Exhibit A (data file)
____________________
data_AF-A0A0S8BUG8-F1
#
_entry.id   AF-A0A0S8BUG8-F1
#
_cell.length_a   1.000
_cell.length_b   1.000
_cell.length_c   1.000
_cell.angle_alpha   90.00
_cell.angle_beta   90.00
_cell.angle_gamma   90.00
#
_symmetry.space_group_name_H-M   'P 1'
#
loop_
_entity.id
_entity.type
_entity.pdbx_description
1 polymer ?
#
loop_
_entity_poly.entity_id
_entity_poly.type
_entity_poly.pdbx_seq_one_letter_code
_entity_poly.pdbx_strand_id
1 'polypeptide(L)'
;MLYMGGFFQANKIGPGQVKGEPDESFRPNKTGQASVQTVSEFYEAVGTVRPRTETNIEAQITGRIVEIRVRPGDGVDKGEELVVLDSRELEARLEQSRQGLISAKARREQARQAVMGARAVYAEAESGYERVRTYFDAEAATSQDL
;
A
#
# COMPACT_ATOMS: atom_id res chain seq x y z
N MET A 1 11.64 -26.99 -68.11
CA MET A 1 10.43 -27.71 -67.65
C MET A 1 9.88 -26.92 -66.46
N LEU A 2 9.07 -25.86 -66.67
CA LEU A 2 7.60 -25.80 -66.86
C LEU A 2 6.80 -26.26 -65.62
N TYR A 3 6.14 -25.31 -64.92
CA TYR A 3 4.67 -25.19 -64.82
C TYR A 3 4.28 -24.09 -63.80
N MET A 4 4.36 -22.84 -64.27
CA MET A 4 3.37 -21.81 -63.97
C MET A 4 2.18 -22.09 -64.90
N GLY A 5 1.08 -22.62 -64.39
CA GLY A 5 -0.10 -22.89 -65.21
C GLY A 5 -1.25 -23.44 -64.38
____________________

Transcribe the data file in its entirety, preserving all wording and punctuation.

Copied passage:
data_AF-A0A0S8BUG8-F1
#
_entry.id   AF-A0A0S8BUG8-F1
#
_cell.length_a   1.000
_cell.length_b   1.000
_cell.length_c   1.000
_cell.angle_alpha   90.00
_cell.angle_beta   90.00
_cell.angle_gamma   90.00
#
_symmetry.space_group_name_H-M   'P 1'
#
loop_
_entity.id
_entity.type
_entity.pdbx_description
1 polymer ?
#
loop_
_entity_poly.entity_id
_entity_poly.type
_entity_poly.pdbx_seq_one_letter_code
_entity_poly.pdbx_strand_id
1 'polypeptide(L)'
;MLYMGGFFQANKIGPGQVKGEPDESFRPNKTGQASVQTVSEFYEAVGTVRPRTETNIEAQITGRIVEIRVRPGDGVDKGEELVVLDSRELEARLEQSRQGLISAKARREQARQAVMGARAVYAEAESGYERVRTYFDAEAATSQDL
;
A
#
# COMPACT_ATOMS: atom_id res chain seq x y z
N MET A 1 11.64 -26.99 -68.11
CA MET A 1 10.43 -27.71 -67.65
C MET A 1 9.88 -26.92 -66.46
N LEU A 2 9.07 -25.86 -66.67
CA LEU A 2 7.60 -25.80 -66.86
C LEU A 2 6.80 -26.26 -65.62
N TYR A 3 6.14 -25.31 -64.92
CA TYR A 3 4.67 -25.19 -64.82
C TYR A 3 4.28 -24.09 -63.80
N MET A 4 4.36 -22.84 -64.27
CA MET A 4 3.37 -21.81 -63.97
C MET A 4 2.18 -22.09 -64.90
N GLY A 5 1.08 -22.62 -64.39
CA GLY A 5 -0.10 -22.89 -65.21
C GLY A 5 -1.25 -23.44 -64.38